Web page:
The reason for Chandler’s second recommendation is quite obvious too: automation makes everything simpler. Anyone who wants to have a successful career in tech needs to learn how to at least automate routine and repetitive tasks. Why is it important? In the case of the NERV, as you saw in the video, automation enables volunteers to easily contribute to restoring communications without having to be highly-skilled experts. It has a similar effect in companies…
Here’s another question for you:
Do you think Chandler, or any other member of the tactical operations team, would have any problem landing a “normal” tech job? I don’t think so. These people have so much hands on experience that any company would be lucky to have them on their teams.
If you paid close attention to the video, you should’ve noticed that at one point Chandler said “I had to learn a lot on the job” and “I actually didn’t have any formal training before I came on the team.” The members of the tactical operations team have to manage a lot of the technologies in the full stack of networking. There is no way someone could actually learn all of these technologies through conventional education methods.
Sure, you’ll get to know about them and maybe even understand them. But, the only way you can be certain that you have truly learned them would be by building something real. By actually getting something done! This is why companies care so much about hands on experience! Even if you’re just getting it through these tactics.
If you understand that hands on experience is what truly matters in the IT world, and you think you have what it takes to succeed in IT, try to get into the Zero to Engineer career blueprint program. You’ll learn the full stack of networking technologies (everything from routing and switching to automation and VoIP), how to carry out your own full stack networking projects from scratch, and how to land your dream IT job in record time.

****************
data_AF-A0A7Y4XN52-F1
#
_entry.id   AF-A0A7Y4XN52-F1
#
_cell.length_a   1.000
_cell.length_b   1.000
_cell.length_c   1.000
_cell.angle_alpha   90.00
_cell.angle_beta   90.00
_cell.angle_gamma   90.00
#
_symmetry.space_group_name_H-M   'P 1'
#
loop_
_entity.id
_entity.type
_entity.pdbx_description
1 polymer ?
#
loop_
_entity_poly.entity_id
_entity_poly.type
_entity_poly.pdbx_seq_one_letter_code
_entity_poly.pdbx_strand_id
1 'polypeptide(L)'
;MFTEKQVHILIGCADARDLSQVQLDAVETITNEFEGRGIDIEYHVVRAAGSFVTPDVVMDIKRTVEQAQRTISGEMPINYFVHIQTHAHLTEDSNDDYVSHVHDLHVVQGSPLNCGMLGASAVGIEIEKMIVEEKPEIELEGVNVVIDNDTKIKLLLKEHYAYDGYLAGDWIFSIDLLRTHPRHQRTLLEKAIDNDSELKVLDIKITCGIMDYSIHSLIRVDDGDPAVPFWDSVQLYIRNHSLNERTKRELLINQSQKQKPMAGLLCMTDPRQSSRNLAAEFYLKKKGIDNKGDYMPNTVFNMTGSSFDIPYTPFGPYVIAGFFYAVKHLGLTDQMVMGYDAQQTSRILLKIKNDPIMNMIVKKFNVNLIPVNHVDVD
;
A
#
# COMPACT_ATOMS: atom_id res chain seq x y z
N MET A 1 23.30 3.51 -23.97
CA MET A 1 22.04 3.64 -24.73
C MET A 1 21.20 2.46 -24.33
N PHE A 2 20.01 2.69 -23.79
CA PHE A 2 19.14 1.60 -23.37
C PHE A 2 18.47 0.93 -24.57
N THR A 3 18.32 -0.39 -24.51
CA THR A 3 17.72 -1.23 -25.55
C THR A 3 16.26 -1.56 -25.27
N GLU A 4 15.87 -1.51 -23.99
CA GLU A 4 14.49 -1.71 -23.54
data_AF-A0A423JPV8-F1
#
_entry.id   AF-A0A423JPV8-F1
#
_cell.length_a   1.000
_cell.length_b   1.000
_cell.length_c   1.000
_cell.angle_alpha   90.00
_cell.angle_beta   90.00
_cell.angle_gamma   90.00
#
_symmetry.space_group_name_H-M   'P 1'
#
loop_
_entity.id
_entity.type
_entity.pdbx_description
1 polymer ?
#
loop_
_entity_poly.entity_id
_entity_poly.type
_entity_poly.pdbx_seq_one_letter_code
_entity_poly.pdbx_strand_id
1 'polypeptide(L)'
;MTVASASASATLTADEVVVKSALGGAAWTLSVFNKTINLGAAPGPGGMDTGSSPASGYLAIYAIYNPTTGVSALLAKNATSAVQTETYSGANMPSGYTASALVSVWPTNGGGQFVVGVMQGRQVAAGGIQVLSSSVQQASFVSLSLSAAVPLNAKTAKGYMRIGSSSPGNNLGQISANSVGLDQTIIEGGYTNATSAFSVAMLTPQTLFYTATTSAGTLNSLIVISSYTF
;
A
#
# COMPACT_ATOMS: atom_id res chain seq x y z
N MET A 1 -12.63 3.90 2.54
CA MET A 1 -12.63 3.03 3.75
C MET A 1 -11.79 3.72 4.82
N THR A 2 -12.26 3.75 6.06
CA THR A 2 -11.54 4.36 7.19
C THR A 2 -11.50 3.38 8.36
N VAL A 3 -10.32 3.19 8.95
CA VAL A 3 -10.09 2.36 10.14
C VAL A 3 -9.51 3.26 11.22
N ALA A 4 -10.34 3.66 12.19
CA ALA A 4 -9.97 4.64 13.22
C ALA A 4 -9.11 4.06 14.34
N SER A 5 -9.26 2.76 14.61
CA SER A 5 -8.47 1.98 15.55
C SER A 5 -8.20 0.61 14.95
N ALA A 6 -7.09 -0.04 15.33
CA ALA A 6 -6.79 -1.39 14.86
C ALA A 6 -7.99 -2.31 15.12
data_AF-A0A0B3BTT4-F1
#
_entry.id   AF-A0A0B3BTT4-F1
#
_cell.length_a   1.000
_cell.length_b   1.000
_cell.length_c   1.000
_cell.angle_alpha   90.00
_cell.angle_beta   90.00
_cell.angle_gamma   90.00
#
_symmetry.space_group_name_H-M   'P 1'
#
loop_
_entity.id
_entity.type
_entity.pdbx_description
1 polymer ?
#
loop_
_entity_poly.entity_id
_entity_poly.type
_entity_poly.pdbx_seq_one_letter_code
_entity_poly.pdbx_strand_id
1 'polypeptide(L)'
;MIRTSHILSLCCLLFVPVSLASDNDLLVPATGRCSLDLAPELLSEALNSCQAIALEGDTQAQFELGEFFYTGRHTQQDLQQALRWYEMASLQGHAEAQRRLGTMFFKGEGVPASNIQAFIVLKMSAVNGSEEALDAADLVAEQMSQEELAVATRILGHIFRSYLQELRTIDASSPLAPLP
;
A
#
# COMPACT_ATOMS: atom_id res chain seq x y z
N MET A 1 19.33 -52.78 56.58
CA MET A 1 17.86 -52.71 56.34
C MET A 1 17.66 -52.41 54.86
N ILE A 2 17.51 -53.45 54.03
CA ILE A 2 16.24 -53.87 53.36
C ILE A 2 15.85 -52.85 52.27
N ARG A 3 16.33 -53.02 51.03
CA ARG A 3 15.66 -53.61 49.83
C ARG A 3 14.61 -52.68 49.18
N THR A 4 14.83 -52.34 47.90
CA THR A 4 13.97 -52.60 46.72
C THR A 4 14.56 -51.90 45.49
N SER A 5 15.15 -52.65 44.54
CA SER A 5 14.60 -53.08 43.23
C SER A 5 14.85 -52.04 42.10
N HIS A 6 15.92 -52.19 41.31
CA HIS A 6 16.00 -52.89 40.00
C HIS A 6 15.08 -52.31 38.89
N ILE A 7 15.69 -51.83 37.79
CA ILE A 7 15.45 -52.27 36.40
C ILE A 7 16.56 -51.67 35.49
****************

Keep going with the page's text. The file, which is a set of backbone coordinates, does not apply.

The sole goal of Zero to Engineer is to give you the exact skills you need to skyrocket through the industry using a method similar to military training (in fact, the creators of the program graduated over 1,000 engineers while they served as IT instructors at the Air Force), where the only purpose is to get you ready to perform in the field, not to give you a piece of paper with fancy words on it that, in reality, means nothing and could leave you wondering if you’re ready to add value to companies.
Chandler and his team don’t have to worry about getting hands on experience, they already have the coolest job at Cisco. But, most people are not that lucky. Especially for those starting out, getting hands on experience can be a major challenge. Yet, it seems that regardless of how many titles and certifications someone has, most companies expect people to have some.
You can choose to keep going in circles, chasing cert after cert like if they were some golden ticket to the top (they do help, true. But, they aren’t the answer). Or, you can pull your head out of your ass, follow Chandler’s and NexGenT’s advice, and get started on your path to becoming a full stack network engineer. Not by passing written exams. But, by getting your hands dirty with real world equipment, and getting mentored by some of the best engineers in the world.
Who knows? Maybe Chandler and others in the tactical operations team will become mentors in the NexGenT platform one day…
You can apply to Zero to Engineer here